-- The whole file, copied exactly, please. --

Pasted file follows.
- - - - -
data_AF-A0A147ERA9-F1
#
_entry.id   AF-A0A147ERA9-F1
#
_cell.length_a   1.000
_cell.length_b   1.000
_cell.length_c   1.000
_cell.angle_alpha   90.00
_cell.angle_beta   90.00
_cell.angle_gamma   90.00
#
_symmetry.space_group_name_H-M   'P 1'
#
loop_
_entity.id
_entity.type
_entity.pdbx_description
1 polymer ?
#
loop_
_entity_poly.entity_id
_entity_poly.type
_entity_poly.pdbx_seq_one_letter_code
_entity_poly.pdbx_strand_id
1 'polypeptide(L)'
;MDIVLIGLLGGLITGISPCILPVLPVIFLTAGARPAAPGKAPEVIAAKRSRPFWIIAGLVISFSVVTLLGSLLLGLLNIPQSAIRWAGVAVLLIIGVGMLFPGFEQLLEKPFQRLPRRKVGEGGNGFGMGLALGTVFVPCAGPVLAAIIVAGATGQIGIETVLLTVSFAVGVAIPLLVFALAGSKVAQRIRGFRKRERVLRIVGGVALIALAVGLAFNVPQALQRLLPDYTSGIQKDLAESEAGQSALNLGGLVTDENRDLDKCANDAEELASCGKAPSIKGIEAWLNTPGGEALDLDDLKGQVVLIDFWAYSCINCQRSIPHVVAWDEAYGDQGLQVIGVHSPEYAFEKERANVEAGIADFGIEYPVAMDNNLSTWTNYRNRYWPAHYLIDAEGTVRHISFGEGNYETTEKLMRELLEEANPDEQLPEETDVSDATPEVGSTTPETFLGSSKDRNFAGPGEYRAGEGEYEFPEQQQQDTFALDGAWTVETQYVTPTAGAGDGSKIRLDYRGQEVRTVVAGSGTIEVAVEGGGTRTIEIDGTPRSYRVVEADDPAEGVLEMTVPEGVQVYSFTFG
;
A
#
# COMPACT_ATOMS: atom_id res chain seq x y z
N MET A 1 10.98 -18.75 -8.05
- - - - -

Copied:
data_AF-A0A147ERA9-F1
#
_entry.id   AF-A0A147ERA9-F1
#
_cell.length_a   1.000
_cell.length_b   1.000
_cell.length_c   1.000
_cell.angle_alpha   90.00
_cell.angle_beta   90.00
_cell.angle_gamma   90.00
#
_symmetry.space_group_name_H-M   'P 1'
#
loop_
_entity.id
_entity.type
_entity.pdbx_description
1 polymer ?
#
loop_
_entity_poly.entity_id
_entity_poly.type
_entity_poly.pdbx_seq_one_letter_code
_entity_poly.pdbx_strand_id
1 'polypeptide(L)'
;MDIVLIGLLGGLITGISPCILPVLPVIFLTAGARPAAPGKAPEVIAAKRSRPFWIIAGLVISFSVVTLLGSLLLGLLNIPQSAIRWAGVAVLLIIGVGMLFPGFEQLLEKPFQRLPRRKVGEGGNGFGMGLALGTVFVPCAGPVLAAIIVAGATGQIGIETVLLTVSFAVGVAIPLLVFALAGSKVAQRIRGFRKRERVLRIVGGVALIALAVGLAFNVPQALQRLLPDYTSGIQKDLAESEAGQSALNLGGLVTDENRDLDKCANDAEELASCGKAPSIKGIEAWLNTPGGEALDLDDLKGQVVLIDFWAYSCINCQRSIPHVVAWDEAYGDQGLQVIGVHSPEYAFEKERANVEAGIADFGIEYPVAMDNNLSTWTNYRNRYWPAHYLIDAEGTVRHISFGEGNYETTEKLMRELLEEANPDEQLPEETDVSDATPEVGSTTPETFLGSSKDRNFAGPGEYRAGEGEYEFPEQQQQDTFALDGAWTVETQYVTPTAGAGDGSKIRLDYRGQEVRTVVAGSGTIEVAVEGGGTRTIEIDGTPRSYRVVEADDPAEGVLEMTVPEGVQVYSFTFG
;
A
#
# COMPACT_ATOMS: atom_id res chain seq x y z
N MET A 1 10.98 -18.75 -8.05